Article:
Lumps & Bumps
Finding a growth on your pet can be an uneasy experience. Growths can range greatly in size, shape, and colour, and their significance can also depend on where they are located on the body. Noting the rate of growth of a nodule or mass is also important. In any case, a full physical examination and cellular analysis of the lump is necessary to determine whether or not it poses a threat to your pet’s health. Common lumps include benign fatty tumours (lipomas) found in older pets, but these must be differentiated from cancerous growths.
The first thing to do upon finding a lump is to note where it is located, as well as its size and appearance. Your Veterinarian will have the tools to accurately measure the size of the lump, so that in the future it can be objectively compared to determine whether or not it is growing. The texture, location within the layers of skin, and appearance should be recorded and taken into consideration. Your pet should be checked over head to toe for other growths, and the details with respect to the findings should be noted as well.
Your Veterinarian will likely recommend testing of the lump to determine what it is. The most common test is a fine needle aspirate (FNA), where a needle will be passed into the lump and cells drawn out by the suction of a syringe. The cells are placed on a slide and are analyzed to determine the cellular composition of the growth. As well, the characteristics of the cells may give an indication whether or not it is likely benign or malignant. The benefits of this test are that it is a minimally invasive test, it rarely requires sedation, and for most growths it can lead to an accurate diagnosis. The limitations of a fine needle aspirate often are a result of the small sample size that can be obtained. Occasionally, a truly representative sample population of cells cannot be obtained using this method. In this case, the next step would be a biopsy.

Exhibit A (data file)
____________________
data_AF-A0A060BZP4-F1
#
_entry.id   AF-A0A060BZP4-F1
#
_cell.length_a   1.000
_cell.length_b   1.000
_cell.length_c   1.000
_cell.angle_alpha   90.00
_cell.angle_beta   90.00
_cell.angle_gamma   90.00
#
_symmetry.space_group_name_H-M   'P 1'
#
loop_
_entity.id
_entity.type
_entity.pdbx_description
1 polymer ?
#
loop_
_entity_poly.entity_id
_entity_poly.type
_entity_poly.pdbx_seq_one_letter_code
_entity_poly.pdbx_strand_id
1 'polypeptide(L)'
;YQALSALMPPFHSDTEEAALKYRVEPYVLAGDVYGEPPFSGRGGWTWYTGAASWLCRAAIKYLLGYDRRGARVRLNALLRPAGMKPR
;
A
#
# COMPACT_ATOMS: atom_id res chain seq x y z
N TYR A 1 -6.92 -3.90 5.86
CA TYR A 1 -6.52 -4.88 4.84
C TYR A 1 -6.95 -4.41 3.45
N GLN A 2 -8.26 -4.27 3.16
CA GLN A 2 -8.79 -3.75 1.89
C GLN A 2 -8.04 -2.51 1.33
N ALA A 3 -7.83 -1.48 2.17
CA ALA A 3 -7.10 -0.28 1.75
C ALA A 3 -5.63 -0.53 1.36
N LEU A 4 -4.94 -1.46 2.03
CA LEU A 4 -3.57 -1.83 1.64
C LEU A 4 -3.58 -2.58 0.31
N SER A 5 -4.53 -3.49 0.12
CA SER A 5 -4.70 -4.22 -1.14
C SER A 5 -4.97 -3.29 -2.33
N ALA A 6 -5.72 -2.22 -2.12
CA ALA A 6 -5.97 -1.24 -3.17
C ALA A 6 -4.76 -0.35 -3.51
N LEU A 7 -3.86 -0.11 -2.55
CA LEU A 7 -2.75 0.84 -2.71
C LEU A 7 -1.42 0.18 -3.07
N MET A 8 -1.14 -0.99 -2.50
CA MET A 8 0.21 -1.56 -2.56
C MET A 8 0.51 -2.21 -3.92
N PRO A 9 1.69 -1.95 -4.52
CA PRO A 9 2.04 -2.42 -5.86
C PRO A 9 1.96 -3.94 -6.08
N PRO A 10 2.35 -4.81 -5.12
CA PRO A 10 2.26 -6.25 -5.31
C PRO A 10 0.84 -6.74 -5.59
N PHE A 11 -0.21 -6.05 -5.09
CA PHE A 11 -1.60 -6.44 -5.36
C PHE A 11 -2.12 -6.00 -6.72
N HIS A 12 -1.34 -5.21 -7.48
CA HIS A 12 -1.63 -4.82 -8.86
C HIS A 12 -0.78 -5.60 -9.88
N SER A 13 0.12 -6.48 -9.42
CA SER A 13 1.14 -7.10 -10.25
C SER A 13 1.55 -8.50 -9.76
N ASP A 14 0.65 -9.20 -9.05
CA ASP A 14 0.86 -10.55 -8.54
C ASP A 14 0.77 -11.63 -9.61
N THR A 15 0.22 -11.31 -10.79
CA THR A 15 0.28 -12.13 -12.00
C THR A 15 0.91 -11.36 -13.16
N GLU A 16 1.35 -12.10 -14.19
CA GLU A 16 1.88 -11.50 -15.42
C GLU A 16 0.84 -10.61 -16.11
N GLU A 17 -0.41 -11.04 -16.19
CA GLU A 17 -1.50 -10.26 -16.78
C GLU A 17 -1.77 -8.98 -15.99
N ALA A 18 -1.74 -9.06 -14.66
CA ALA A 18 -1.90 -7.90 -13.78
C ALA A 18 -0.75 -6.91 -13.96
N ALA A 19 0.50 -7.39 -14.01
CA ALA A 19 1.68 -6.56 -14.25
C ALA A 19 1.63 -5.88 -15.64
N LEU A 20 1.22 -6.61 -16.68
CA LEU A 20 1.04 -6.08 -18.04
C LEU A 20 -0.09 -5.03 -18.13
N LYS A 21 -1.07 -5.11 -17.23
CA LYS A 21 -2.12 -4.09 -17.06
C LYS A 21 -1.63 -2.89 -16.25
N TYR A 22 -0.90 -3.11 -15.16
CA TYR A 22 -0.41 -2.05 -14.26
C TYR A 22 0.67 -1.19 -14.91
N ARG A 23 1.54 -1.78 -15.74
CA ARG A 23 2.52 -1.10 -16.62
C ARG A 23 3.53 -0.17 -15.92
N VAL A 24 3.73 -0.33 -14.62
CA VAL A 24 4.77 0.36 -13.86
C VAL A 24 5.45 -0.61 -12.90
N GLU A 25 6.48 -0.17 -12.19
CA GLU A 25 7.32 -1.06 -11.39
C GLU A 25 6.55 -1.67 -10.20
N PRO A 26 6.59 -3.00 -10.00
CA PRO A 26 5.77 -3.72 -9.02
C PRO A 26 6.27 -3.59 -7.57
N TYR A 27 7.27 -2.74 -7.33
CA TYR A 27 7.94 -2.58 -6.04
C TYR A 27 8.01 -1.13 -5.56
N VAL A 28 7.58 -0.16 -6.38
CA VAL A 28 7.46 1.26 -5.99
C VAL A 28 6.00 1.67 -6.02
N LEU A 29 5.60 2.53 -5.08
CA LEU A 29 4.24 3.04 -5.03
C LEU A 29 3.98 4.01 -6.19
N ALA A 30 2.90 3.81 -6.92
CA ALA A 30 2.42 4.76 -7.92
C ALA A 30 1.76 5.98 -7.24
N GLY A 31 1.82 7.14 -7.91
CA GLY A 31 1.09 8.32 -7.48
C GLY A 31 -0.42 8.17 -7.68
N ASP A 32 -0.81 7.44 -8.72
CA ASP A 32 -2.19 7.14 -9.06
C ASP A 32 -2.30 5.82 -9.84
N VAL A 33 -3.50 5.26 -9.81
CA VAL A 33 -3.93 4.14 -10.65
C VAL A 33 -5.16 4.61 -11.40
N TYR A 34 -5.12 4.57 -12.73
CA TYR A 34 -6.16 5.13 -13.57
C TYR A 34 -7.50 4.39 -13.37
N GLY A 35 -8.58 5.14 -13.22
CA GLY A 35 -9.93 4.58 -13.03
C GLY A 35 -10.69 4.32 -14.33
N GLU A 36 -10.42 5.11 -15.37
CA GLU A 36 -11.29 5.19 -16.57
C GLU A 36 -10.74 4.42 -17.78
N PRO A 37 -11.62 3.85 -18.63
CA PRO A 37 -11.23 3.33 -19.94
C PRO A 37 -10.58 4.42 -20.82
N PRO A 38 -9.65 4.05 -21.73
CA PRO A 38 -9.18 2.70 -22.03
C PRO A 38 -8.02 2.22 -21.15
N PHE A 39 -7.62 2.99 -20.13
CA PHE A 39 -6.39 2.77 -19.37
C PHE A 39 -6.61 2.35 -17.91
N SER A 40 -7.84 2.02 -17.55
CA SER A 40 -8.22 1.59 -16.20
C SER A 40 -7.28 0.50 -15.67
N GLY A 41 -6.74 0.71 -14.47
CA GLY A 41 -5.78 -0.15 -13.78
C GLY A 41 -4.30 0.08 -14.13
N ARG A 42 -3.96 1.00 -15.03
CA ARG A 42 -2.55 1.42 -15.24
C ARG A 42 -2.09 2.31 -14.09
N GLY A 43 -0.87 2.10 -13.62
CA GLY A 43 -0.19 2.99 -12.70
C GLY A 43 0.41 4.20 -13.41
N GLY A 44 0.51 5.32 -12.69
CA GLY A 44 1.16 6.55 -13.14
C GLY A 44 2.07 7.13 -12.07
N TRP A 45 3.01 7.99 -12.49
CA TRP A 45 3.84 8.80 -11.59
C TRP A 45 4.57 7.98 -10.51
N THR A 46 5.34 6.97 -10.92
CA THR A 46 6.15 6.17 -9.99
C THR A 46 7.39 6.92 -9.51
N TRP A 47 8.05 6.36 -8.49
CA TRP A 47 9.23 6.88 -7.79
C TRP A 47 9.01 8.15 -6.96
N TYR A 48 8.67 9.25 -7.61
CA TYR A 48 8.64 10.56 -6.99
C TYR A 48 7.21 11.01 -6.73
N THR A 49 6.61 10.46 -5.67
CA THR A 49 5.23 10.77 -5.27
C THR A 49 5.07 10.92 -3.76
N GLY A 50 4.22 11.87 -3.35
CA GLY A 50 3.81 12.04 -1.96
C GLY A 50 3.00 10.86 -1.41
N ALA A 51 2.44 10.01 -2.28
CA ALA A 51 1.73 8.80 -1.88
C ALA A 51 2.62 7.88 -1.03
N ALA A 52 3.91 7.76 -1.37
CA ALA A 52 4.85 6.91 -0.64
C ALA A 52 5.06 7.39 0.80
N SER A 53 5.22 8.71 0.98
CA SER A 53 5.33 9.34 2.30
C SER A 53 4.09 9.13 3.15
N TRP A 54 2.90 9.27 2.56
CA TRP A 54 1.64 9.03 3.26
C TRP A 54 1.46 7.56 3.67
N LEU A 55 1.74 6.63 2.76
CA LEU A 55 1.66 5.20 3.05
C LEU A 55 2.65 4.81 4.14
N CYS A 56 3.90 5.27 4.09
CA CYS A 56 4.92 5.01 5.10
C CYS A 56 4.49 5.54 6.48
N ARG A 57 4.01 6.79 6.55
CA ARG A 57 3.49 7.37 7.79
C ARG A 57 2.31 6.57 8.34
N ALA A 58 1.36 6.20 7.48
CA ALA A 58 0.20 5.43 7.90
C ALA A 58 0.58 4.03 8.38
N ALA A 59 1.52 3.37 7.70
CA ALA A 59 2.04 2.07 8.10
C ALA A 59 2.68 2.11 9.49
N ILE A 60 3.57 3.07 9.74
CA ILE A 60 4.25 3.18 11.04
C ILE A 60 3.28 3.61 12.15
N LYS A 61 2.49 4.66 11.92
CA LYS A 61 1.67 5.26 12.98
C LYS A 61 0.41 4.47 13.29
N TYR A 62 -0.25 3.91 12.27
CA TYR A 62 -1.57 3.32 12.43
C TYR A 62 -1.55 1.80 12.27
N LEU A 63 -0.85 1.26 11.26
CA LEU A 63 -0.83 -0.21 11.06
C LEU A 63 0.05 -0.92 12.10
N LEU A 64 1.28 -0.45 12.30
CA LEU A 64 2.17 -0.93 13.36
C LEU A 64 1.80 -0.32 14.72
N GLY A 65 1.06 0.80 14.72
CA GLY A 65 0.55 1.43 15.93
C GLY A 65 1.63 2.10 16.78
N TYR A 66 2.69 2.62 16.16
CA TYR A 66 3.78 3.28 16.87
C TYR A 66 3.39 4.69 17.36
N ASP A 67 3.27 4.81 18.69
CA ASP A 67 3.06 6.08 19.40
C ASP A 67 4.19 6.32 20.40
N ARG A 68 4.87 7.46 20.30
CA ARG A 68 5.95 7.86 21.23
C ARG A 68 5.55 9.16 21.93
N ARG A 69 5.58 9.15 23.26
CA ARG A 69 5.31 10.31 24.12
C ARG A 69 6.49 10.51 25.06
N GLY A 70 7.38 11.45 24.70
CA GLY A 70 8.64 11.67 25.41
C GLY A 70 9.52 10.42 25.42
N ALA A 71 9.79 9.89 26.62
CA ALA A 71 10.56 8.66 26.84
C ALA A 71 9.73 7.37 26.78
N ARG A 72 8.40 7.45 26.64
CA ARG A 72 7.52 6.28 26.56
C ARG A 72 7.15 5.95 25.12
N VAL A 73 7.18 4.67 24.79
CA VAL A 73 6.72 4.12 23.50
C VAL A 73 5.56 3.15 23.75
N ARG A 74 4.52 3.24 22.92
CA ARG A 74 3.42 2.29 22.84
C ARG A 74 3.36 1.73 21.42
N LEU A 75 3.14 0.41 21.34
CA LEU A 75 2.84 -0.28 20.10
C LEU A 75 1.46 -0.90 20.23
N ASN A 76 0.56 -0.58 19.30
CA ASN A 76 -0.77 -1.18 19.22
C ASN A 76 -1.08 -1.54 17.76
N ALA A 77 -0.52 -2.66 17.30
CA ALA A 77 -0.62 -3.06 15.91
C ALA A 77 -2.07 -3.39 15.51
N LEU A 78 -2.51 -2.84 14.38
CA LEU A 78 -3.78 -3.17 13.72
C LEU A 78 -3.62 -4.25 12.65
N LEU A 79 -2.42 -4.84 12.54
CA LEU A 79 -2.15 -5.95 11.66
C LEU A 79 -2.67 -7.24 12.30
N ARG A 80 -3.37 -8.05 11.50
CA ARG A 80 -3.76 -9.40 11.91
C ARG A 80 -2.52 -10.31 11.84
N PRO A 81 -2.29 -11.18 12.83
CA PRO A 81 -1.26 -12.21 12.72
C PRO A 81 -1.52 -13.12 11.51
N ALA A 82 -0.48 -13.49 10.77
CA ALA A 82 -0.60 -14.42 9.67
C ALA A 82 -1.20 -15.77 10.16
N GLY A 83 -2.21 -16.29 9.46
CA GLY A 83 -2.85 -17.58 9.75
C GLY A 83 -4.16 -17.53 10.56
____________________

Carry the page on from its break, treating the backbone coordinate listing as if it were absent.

A tissue biopsy is the most accurate way of determining what a lump is, including whether or not it has significant health consequences for your pet. The sample is analysed by histopathology, where a cross-section of the sample is interpreted by a histopathologist. The benefit of this test is that a larger and more representative sample can be obtained, and the cells and tissue structures can be seen in relation to eachother. Often a prognosis can be provided with the diagnosis. A tissue biopsy requires sedation and often general anesthesia, as the pet needs to be absolutely still and the procedure can be painful if performed on an awake patient.
Visiting your Veterinarian as soon as a growth is found is the best preventative medicine for your pet. The sooner a nodule or mass of concern is tested and removed, the better the chances of a good outcome for your pet.
Written by Dr Beverly Wong, DVM
Markham Veterinary Clinic
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